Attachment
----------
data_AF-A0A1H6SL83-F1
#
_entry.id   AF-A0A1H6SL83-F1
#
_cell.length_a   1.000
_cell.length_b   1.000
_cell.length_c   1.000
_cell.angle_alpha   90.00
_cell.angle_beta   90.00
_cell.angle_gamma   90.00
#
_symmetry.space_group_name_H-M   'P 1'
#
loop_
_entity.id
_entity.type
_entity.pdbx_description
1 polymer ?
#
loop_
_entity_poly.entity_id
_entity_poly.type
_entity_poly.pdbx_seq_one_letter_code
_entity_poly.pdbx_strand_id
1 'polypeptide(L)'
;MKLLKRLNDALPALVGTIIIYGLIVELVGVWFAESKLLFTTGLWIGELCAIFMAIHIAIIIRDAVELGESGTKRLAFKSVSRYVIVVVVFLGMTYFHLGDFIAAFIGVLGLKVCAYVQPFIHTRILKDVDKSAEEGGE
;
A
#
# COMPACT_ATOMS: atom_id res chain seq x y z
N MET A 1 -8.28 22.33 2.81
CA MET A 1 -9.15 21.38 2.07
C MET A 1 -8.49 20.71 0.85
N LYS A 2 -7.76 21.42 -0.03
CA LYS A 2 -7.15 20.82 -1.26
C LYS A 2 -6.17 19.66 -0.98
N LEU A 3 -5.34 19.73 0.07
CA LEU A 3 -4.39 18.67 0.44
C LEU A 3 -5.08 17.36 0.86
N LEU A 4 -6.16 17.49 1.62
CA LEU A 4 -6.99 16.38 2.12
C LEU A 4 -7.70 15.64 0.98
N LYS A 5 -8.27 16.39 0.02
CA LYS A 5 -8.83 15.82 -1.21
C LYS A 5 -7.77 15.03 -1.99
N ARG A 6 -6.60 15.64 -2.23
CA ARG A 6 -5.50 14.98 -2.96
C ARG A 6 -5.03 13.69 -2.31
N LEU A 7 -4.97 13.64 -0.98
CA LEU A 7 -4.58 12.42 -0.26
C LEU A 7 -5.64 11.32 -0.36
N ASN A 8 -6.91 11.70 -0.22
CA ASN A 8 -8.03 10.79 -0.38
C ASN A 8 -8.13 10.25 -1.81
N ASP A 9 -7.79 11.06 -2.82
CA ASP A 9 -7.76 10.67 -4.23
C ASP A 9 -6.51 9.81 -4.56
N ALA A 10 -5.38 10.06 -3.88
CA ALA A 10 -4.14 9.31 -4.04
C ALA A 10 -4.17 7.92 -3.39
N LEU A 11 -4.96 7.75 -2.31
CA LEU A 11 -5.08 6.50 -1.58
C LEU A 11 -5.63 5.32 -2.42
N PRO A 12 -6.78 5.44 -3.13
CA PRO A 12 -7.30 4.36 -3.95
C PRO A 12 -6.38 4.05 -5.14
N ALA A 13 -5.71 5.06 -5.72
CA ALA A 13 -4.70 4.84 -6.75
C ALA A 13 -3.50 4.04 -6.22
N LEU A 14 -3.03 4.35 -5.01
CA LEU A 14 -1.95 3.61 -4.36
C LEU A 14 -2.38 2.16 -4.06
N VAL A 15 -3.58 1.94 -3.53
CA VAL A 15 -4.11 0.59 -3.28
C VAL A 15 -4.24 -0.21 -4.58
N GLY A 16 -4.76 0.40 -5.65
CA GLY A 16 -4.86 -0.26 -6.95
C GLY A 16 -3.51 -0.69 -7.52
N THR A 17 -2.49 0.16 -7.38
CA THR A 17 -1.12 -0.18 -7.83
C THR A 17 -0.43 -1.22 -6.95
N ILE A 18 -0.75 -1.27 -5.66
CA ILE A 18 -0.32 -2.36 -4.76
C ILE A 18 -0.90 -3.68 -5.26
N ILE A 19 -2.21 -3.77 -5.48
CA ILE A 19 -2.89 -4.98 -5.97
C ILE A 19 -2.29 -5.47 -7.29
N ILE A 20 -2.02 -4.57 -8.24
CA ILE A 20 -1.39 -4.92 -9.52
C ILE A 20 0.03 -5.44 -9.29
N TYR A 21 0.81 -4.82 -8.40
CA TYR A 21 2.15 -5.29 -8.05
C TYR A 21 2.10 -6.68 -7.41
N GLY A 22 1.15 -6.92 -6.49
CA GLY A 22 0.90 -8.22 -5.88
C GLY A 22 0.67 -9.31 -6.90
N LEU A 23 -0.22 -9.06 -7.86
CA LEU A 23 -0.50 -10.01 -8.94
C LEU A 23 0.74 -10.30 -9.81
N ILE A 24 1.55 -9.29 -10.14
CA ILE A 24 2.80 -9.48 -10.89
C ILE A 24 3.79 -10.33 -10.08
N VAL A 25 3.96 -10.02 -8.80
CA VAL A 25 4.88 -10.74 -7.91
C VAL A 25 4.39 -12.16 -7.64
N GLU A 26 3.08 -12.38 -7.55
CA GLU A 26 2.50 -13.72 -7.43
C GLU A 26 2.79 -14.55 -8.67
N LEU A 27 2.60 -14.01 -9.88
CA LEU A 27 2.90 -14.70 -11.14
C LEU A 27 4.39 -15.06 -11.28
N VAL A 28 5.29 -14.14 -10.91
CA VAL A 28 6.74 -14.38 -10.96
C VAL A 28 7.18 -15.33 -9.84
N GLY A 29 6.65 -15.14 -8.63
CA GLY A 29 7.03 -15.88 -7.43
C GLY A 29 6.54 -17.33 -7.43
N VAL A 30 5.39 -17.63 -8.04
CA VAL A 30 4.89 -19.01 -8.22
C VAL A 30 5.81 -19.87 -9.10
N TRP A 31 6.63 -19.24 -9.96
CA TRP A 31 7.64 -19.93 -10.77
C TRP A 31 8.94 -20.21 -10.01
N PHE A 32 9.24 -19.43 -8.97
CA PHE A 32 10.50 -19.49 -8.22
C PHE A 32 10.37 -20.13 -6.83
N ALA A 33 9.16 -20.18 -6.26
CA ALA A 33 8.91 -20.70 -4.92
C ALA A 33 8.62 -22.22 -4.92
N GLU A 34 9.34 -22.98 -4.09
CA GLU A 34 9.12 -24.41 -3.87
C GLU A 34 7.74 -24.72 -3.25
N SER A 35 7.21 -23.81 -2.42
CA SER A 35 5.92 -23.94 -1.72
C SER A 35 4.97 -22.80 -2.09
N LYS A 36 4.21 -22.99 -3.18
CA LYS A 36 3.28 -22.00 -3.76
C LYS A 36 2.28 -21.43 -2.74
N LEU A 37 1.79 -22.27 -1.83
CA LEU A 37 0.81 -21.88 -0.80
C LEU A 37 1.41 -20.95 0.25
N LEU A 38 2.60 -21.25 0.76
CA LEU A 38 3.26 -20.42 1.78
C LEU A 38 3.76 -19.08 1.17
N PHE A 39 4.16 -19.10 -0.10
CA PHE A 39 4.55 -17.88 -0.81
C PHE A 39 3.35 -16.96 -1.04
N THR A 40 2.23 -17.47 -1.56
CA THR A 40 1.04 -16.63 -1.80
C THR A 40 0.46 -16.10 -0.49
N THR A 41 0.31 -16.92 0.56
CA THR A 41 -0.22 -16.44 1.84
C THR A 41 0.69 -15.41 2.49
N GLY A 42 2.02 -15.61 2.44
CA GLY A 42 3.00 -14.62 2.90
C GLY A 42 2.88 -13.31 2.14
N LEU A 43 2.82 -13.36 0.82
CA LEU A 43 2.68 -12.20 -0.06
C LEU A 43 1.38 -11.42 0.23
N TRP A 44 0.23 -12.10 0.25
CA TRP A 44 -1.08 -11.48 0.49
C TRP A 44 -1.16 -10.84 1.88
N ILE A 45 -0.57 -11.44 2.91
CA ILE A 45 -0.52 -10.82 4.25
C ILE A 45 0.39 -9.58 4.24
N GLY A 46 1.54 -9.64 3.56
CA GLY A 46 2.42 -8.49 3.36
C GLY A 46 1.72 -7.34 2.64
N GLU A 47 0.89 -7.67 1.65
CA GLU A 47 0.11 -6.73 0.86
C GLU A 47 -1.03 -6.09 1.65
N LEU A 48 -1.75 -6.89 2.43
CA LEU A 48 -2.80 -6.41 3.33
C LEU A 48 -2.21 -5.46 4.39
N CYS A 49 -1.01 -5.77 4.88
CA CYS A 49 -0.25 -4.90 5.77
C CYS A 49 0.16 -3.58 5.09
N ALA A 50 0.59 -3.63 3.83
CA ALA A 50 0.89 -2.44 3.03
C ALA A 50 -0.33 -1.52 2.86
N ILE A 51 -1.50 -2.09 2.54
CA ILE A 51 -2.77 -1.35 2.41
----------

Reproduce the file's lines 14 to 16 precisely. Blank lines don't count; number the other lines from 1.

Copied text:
loop_
_entity.id
_entity.type